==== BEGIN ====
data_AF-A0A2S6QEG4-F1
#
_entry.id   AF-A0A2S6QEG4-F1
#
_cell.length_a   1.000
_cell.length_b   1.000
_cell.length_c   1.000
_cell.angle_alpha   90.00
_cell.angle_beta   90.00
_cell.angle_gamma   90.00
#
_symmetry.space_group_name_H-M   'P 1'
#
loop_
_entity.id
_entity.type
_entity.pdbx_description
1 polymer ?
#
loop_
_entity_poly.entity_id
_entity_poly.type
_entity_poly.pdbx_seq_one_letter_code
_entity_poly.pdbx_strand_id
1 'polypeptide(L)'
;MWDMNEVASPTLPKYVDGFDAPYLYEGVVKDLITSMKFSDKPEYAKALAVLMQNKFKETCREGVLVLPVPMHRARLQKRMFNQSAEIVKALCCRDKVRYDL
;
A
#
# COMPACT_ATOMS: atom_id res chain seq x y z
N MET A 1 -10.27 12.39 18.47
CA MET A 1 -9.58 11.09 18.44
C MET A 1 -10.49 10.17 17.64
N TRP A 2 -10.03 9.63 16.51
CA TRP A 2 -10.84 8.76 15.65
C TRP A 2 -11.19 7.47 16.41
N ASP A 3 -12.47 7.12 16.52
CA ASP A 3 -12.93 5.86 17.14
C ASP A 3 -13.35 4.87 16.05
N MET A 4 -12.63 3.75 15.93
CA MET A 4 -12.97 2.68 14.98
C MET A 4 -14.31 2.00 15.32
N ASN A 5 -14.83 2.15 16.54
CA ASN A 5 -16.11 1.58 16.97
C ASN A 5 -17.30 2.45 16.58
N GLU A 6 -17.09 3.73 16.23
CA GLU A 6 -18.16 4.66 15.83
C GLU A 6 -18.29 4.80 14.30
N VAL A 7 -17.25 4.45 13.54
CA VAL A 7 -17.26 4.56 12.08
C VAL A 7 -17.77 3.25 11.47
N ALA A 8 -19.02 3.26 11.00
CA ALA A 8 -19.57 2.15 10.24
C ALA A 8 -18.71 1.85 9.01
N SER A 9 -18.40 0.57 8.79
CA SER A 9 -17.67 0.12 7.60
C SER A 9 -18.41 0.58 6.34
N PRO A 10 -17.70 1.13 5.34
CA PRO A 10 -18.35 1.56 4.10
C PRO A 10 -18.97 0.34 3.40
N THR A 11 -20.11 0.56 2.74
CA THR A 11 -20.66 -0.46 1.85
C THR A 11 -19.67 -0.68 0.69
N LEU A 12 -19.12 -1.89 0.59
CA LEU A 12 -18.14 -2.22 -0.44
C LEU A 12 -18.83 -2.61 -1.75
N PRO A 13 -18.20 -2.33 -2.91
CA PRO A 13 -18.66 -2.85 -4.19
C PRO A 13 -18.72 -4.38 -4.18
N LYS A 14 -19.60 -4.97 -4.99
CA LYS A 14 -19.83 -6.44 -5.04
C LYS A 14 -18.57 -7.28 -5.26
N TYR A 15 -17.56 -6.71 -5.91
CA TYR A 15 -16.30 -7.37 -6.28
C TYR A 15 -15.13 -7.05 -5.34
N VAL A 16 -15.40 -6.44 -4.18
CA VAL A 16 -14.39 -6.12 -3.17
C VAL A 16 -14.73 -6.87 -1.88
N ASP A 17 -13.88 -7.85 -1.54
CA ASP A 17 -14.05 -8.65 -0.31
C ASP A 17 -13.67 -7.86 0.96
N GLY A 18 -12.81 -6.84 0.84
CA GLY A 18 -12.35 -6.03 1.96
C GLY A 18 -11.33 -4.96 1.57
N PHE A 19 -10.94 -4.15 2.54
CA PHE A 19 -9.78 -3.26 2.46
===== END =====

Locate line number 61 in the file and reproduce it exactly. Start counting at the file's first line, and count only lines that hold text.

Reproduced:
N THR A 11 -20.11 0.56 2.74